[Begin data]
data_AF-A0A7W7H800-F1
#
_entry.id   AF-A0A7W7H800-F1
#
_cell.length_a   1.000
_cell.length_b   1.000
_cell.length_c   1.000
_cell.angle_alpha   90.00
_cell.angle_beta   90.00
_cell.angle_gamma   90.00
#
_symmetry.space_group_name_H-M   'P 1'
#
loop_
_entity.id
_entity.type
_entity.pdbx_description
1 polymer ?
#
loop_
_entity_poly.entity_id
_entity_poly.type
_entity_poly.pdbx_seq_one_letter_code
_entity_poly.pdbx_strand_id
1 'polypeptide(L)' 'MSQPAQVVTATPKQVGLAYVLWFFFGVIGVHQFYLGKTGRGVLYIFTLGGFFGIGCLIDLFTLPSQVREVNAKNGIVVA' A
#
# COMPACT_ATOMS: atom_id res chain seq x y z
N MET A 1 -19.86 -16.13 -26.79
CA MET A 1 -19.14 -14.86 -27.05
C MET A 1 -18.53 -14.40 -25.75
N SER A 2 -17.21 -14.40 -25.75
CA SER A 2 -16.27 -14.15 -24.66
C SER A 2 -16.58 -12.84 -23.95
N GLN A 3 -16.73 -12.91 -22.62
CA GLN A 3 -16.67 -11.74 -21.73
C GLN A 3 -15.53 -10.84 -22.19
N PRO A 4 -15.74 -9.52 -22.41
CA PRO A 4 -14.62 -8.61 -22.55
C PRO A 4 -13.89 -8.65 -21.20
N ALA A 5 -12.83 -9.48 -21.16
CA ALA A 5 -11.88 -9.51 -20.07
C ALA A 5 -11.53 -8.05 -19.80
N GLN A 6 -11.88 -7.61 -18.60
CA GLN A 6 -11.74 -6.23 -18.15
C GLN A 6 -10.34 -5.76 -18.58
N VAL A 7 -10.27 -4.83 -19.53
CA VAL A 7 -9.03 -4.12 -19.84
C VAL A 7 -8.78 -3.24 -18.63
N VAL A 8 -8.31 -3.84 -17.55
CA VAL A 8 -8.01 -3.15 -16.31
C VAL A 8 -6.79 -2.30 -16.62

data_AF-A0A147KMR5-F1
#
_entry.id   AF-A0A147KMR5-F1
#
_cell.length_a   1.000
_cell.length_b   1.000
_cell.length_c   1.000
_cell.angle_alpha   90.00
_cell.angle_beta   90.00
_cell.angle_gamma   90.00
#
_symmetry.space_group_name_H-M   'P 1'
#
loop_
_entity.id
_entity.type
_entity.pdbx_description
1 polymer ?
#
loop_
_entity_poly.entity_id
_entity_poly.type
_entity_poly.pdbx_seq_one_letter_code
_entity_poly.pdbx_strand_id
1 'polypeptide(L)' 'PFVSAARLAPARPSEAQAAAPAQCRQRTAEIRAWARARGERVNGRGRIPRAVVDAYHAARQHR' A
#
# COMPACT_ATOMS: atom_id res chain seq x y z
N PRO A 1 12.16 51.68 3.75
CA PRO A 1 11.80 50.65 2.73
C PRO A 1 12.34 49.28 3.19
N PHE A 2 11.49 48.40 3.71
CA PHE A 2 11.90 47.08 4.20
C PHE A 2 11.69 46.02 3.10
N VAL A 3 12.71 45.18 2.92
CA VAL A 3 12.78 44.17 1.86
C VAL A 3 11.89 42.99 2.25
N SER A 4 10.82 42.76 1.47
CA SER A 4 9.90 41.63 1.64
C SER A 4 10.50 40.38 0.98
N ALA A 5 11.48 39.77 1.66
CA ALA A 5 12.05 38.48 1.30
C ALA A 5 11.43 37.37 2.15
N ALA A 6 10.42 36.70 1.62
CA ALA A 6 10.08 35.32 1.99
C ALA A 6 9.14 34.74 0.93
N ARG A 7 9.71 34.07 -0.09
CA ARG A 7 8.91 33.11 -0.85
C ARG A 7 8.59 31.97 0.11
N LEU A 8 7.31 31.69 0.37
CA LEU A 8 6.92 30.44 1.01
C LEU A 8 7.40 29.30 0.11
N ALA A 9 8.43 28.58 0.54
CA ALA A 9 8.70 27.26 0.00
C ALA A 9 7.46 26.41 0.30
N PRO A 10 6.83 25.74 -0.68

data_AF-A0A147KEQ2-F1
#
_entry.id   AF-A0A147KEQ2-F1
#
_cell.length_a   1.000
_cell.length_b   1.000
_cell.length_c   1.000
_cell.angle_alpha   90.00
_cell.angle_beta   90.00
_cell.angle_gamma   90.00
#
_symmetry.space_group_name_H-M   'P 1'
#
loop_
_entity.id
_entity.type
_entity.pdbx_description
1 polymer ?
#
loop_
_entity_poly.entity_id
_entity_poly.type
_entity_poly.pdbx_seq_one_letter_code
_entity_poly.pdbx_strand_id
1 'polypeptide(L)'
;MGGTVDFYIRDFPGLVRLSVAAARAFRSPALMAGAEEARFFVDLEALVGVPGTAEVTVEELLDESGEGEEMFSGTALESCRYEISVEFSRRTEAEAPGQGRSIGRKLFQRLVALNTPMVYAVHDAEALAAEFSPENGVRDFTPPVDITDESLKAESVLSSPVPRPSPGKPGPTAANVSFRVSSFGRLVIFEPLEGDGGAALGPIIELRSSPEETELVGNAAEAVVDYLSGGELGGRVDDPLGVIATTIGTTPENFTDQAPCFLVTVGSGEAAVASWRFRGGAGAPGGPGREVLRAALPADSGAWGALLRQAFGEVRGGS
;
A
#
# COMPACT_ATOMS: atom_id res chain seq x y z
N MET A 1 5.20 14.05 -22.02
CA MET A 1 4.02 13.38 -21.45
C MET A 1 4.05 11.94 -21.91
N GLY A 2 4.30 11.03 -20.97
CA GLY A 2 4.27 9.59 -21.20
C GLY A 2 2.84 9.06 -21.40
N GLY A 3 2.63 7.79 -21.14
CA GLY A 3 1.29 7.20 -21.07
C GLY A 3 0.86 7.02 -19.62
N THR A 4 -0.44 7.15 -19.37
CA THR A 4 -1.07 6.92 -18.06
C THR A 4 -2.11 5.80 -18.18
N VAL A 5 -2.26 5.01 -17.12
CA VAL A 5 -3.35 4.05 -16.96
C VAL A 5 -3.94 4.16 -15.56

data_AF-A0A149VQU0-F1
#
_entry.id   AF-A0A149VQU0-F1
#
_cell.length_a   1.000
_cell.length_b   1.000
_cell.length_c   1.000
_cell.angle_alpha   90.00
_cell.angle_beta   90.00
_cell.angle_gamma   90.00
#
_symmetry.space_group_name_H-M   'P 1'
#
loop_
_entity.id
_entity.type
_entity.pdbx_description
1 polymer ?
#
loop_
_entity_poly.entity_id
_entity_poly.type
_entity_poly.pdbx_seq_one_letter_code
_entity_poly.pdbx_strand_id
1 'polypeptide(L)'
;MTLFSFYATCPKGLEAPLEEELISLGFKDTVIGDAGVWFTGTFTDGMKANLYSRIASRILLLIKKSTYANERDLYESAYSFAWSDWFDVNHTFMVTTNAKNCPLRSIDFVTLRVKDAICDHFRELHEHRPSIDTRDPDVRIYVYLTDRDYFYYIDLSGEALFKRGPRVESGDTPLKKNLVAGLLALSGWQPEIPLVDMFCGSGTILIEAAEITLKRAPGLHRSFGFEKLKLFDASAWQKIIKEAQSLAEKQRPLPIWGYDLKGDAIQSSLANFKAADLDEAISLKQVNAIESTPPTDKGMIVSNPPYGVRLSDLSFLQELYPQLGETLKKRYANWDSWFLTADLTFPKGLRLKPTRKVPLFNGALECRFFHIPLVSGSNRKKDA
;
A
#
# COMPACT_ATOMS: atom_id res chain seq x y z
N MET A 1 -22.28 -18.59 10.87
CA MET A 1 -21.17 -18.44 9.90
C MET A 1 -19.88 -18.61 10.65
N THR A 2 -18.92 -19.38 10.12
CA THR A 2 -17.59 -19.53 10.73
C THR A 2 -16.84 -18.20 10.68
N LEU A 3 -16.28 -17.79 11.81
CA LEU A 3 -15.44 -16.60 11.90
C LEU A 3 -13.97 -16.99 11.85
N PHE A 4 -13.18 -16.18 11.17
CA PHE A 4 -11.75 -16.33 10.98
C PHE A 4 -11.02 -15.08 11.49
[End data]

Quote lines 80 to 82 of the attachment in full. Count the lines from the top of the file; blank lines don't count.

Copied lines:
CA PRO A 1 11.80 50.65 2.73
C PRO A 1 12.34 49.28 3.19
N PHE A 2 11.49 48.40 3.71